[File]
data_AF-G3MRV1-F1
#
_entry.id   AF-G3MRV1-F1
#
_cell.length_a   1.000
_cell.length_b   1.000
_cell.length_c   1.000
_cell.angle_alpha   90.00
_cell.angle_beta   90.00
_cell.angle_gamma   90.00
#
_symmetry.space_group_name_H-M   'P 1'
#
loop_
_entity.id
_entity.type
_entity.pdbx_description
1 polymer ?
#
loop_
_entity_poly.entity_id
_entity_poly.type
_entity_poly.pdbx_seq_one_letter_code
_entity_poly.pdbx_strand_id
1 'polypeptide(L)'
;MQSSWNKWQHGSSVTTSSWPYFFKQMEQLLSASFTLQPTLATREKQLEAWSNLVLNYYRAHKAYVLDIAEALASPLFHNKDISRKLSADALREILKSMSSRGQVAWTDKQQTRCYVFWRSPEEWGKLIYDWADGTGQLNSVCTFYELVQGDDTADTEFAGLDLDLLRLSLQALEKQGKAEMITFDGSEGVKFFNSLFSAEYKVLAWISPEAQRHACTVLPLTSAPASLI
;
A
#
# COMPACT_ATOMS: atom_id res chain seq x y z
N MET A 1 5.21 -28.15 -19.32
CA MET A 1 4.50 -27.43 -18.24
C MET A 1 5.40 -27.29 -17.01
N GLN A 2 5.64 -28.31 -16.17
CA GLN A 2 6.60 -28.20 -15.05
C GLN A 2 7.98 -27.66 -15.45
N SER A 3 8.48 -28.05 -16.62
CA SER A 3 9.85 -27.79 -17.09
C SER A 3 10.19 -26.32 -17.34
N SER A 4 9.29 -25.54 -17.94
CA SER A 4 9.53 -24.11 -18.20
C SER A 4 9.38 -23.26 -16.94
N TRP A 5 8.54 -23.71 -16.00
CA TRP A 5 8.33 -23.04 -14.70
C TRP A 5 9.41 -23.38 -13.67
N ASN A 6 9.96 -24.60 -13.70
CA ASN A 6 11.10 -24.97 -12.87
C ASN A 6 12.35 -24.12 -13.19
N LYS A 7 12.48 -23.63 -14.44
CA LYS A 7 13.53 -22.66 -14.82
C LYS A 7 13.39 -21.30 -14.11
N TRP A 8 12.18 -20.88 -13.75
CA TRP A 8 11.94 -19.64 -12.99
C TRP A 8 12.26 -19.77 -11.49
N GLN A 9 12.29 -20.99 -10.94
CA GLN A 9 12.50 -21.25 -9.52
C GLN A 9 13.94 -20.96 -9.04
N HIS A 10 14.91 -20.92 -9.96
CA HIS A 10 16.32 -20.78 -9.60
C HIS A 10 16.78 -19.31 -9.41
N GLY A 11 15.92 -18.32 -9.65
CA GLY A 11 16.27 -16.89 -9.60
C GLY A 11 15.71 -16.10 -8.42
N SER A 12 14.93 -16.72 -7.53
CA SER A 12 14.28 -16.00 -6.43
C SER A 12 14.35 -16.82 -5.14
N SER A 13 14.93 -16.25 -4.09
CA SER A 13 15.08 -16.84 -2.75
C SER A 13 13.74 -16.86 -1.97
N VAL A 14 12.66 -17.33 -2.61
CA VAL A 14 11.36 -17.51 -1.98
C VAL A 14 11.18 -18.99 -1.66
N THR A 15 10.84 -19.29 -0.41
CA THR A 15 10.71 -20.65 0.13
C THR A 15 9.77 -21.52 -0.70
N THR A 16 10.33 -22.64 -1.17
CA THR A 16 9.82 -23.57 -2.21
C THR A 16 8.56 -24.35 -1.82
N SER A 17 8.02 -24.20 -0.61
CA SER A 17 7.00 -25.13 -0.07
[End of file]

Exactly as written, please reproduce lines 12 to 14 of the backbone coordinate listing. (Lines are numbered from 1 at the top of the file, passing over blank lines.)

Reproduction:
_symmetry.space_group_name_H-M   'P 1'
#
loop_